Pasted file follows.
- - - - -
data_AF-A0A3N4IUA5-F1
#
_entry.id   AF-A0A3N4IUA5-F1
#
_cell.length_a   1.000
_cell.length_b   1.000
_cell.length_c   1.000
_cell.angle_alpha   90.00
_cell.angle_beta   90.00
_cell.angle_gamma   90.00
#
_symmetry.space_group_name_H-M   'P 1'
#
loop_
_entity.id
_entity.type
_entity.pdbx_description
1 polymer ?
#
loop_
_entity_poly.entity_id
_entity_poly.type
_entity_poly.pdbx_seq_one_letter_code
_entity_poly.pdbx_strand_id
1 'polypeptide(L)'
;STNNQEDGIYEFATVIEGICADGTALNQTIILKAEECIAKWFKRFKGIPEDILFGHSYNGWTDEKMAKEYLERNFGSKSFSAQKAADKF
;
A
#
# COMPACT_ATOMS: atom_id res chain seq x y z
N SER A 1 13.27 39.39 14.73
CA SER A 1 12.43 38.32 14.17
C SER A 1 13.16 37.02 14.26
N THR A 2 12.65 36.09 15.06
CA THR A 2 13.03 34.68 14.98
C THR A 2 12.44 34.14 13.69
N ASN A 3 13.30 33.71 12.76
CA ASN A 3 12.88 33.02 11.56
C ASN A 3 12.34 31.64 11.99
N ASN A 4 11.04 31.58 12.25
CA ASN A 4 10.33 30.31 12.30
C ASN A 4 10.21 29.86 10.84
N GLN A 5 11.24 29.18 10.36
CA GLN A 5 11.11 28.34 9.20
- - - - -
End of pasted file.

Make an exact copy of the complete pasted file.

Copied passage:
data_AF-A0A3N4IUA5-F1
#
_entry.id   AF-A0A3N4IUA5-F1
#
_cell.length_a   1.000
_cell.length_b   1.000
_cell.length_c   1.000
_cell.angle_alpha   90.00
_cell.angle_beta   90.00
_cell.angle_gamma   90.00
#
_symmetry.space_group_name_H-M   'P 1'
#
loop_
_entity.id
_entity.type
_entity.pdbx_description
1 polymer ?
#
loop_
_entity_poly.entity_id
_entity_poly.type
_entity_poly.pdbx_seq_one_letter_code
_entity_poly.pdbx_strand_id
1 'polypeptide(L)'
;STNNQEDGIYEFATVIEGICADGTALNQTIILKAEECIAKWFKRFKGIPEDILFGHSYNGWTDEKMAKEYLERNFGSKSFSAQKAADKF
;
A
#
# COMPACT_ATOMS: atom_id res chain seq x y z
N SER A 1 13.27 39.39 14.73
CA SER A 1 12.43 38.32 14.17
C SER A 1 13.16 37.02 14.26
N THR A 2 12.65 36.09 15.06
CA THR A 2 13.03 34.68 14.98
C THR A 2 12.44 34.14 13.69
N ASN A 3 13.30 33.71 12.76
CA ASN A 3 12.88 33.02 11.56
C ASN A 3 12.34 31.64 11.99
N ASN A 4 11.04 31.58 12.25
CA ASN A 4 10.33 30.31 12.30
C ASN A 4 10.21 29.86 10.84
N GLN A 5 11.24 29.18 10.36
CA GLN A 5 11.11 28.34 9.20